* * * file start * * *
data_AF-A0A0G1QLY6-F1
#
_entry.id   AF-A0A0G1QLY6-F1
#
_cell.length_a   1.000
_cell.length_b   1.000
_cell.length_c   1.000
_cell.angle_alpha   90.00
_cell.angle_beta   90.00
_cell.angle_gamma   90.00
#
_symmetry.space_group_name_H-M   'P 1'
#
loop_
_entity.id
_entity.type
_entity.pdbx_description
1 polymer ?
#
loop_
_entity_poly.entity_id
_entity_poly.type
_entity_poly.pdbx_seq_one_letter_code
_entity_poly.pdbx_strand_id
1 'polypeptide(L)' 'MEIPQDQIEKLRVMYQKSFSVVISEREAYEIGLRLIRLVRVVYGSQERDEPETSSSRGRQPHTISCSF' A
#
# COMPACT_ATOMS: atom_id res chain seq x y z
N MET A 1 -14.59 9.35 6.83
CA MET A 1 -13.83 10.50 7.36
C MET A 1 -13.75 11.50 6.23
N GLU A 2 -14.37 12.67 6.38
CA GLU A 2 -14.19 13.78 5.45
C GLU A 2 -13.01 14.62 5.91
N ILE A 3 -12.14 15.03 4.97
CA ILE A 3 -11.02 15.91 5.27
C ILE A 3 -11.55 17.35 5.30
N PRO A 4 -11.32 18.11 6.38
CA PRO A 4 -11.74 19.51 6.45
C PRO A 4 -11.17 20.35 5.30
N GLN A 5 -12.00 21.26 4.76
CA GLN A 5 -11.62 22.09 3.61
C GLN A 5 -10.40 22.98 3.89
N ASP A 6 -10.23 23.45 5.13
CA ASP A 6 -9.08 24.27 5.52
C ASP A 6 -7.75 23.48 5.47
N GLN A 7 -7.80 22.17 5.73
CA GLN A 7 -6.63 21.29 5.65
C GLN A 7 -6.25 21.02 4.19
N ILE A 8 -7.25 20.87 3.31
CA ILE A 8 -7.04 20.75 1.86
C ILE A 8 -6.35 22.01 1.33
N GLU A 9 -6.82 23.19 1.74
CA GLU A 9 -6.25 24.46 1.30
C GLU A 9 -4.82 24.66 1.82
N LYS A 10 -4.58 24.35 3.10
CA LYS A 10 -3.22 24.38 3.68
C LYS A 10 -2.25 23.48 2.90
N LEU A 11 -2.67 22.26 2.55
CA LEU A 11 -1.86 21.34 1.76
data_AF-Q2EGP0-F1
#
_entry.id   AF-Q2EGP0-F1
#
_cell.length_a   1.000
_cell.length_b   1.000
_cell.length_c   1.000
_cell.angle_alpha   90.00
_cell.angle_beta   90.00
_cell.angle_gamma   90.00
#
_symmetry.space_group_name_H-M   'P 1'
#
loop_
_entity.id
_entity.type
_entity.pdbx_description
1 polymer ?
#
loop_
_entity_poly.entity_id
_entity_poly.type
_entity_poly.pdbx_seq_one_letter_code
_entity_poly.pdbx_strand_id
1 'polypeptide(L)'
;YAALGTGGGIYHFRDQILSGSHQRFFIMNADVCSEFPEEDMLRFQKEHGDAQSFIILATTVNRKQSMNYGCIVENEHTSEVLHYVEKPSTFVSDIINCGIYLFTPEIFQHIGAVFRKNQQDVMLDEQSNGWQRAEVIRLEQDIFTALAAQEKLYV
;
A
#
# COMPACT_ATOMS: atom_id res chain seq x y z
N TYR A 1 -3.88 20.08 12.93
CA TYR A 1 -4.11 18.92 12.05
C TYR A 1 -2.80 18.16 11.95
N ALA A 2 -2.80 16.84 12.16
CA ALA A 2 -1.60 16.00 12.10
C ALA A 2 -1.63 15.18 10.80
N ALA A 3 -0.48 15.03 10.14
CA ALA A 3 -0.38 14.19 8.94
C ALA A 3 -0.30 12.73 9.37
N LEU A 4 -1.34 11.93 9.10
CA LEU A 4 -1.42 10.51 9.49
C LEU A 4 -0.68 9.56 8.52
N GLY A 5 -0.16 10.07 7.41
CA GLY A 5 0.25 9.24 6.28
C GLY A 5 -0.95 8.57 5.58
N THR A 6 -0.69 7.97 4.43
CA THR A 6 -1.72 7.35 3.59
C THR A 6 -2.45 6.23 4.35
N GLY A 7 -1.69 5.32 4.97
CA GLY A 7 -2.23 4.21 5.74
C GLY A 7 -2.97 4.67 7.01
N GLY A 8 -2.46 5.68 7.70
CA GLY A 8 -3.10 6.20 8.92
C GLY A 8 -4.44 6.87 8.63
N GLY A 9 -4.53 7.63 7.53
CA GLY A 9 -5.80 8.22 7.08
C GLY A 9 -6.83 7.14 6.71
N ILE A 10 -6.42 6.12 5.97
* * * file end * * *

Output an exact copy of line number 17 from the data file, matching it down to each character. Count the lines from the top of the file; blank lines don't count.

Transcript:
_entity.pdbx_description